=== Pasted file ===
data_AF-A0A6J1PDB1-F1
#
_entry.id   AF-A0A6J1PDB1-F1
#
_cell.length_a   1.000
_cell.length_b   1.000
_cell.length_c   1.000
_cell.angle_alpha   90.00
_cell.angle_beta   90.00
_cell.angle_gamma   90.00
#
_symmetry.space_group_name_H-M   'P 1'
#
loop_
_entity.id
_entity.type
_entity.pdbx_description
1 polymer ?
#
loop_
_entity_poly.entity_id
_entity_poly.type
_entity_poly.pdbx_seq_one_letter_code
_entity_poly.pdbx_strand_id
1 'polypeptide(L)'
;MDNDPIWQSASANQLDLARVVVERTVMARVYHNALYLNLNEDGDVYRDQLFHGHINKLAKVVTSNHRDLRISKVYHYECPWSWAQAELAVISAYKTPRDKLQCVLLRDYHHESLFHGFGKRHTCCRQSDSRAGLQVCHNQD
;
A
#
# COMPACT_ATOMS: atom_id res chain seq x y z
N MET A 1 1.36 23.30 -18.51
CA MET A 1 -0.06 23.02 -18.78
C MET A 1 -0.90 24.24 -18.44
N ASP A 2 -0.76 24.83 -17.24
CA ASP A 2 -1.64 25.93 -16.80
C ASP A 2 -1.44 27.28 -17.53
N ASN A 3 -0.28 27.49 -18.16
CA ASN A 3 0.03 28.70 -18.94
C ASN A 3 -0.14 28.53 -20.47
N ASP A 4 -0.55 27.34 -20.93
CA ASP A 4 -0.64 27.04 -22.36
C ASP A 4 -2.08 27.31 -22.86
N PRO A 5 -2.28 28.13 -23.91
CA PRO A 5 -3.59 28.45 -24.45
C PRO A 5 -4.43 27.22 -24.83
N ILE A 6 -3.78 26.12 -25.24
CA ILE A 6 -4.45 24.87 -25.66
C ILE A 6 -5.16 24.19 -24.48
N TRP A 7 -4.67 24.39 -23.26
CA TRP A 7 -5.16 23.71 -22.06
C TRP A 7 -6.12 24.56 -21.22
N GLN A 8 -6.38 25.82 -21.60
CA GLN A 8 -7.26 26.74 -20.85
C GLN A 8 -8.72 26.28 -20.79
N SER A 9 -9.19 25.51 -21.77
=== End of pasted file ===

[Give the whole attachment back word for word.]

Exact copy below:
data_AF-A0A6J1PDB1-F1
#
_entry.id   AF-A0A6J1PDB1-F1
#
_cell.length_a   1.000
_cell.length_b   1.000
_cell.length_c   1.000
_cell.angle_alpha   90.00
_cell.angle_beta   90.00
_cell.angle_gamma   90.00
#
_symmetry.space_group_name_H-M   'P 1'
#
loop_
_entity.id
_entity.type
_entity.pdbx_description
1 polymer ?
#
loop_
_entity_poly.entity_id
_entity_poly.type
_entity_poly.pdbx_seq_one_letter_code
_entity_poly.pdbx_strand_id
1 'polypeptide(L)'
;MDNDPIWQSASANQLDLARVVVERTVMARVYHNALYLNLNEDGDVYRDQLFHGHINKLAKVVTSNHRDLRISKVYHYECPWSWAQAELAVISAYKTPRDKLQCVLLRDYHHESLFHGFGKRHTCCRQSDSRAGLQVCHNQD
;
A
#
# COMPACT_ATOMS: atom_id res chain seq x y z
N MET A 1 1.36 23.30 -18.51
CA MET A 1 -0.06 23.02 -18.78
C MET A 1 -0.90 24.24 -18.44
N ASP A 2 -0.76 24.83 -17.24
CA ASP A 2 -1.64 25.93 -16.80
C ASP A 2 -1.44 27.28 -17.53
N ASN A 3 -0.28 27.49 -18.16
CA ASN A 3 0.03 28.70 -18.94
C ASN A 3 -0.14 28.53 -20.47
N ASP A 4 -0.55 27.34 -20.93
CA ASP A 4 -0.64 27.04 -22.36
C ASP A 4 -2.08 27.31 -22.86
N PRO A 5 -2.28 28.13 -23.91
CA PRO A 5 -3.59 28.45 -24.45
C PRO A 5 -4.43 27.22 -24.83
N ILE A 6 -3.78 26.12 -25.24
CA ILE A 6 -4.45 24.87 -25.66
C ILE A 6 -5.16 24.19 -24.48
N TRP A 7 -4.67 24.39 -23.26
CA TRP A 7 -5.16 23.71 -22.06
C TRP A 7 -6.12 24.56 -21.22
N GLN A 8 -6.38 25.82 -21.60
CA GLN A 8 -7.26 26.74 -20.85
C GLN A 8 -8.72 26.28 -20.79
N SER A 9 -9.19 25.51 -21.77